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Tellabs Inspire Magazine: Spectrum of Opportunities

Tellabs Inspire Magazine: Spectrum of Opportunities

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Published by mchaidez
Freedom isn’t free. Just ask the bidders in the U.S. 700 MHz
spectrum auction. The band is widely considered the last of the
beach-front property, partly because of its favorable propagation
characteristics: Signals travel farther at 700 MHz than at higher
frequencies such as 1900 MHz, so operators need fewer base
stations to cover an area. That translates into lower overhead
costs — a major asset for any operator, but particularly for
newcomers who want to be price competitive with incumbents.

Such optimism is reflected in the bidding. At press time, the auction
had garnered more than $19 billion in bids, significantly more than
the $10 billion to $15 billion the FCC had originally projected.
Freedom isn’t free. Just ask the bidders in the U.S. 700 MHz
spectrum auction. The band is widely considered the last of the
beach-front property, partly because of its favorable propagation
characteristics: Signals travel farther at 700 MHz than at higher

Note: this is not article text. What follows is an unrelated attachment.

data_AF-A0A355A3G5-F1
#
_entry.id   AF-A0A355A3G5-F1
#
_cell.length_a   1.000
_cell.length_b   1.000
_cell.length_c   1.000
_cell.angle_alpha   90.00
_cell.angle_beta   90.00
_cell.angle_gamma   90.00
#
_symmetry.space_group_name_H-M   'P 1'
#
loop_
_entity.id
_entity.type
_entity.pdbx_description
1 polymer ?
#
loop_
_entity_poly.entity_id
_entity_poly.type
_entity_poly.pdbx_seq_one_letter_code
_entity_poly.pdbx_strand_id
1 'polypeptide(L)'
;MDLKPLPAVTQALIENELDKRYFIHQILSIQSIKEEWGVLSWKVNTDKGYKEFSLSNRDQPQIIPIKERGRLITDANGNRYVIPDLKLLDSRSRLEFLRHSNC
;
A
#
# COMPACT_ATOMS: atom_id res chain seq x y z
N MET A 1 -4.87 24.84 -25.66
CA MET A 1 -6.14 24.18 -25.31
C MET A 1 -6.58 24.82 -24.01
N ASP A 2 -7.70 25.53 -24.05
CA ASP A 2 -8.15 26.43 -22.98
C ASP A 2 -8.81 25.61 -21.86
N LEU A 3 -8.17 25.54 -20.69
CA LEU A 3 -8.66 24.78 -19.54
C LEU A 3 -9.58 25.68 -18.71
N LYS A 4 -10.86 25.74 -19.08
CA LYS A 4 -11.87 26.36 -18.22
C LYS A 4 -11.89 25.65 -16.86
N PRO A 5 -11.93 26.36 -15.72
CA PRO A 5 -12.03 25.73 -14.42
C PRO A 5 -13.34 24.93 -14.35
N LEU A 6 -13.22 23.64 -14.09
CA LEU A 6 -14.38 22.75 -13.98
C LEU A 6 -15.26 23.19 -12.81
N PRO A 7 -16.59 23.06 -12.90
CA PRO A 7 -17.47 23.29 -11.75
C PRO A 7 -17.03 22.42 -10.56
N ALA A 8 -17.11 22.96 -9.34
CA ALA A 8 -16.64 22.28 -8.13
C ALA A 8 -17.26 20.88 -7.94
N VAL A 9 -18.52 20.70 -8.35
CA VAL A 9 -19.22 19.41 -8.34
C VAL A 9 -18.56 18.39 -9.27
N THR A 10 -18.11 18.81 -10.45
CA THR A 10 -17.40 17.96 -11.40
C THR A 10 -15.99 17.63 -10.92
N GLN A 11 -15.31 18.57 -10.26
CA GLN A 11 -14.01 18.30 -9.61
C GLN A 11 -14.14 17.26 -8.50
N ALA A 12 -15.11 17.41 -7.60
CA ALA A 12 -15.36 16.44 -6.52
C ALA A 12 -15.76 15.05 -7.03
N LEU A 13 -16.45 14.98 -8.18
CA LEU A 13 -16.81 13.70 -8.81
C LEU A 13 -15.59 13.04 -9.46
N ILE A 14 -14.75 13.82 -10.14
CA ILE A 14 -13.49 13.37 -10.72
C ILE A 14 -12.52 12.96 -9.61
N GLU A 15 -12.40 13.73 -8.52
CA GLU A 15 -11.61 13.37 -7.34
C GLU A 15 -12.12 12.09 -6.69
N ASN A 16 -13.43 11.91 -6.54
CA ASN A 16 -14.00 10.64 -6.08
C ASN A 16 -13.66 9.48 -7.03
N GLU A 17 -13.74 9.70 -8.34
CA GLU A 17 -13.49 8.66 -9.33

frequencies such as 1900 MHz, so operators need fewer base
stations to cover an area. That translates into lower overhead
costs — a major asset for any operator, but particularly for
newcomers who want to be price competitive with incumbents.

Such optimism is reflected in the bidding. At press time, the auction
had garnered more than $19 billion in bids, significantly more than
the $10 billion to $15 billion the FCC had originally projected.

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Published by: mchaidez on Nov 15, 2008
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06/16/2009

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Spectrum of Opportunities
F Asa  Ee  he Aeas, 2008 s he yea f he se a. Hee’s wha  wah.
By Lynnette Luna
article reprint — tellaBS inSpire april 2008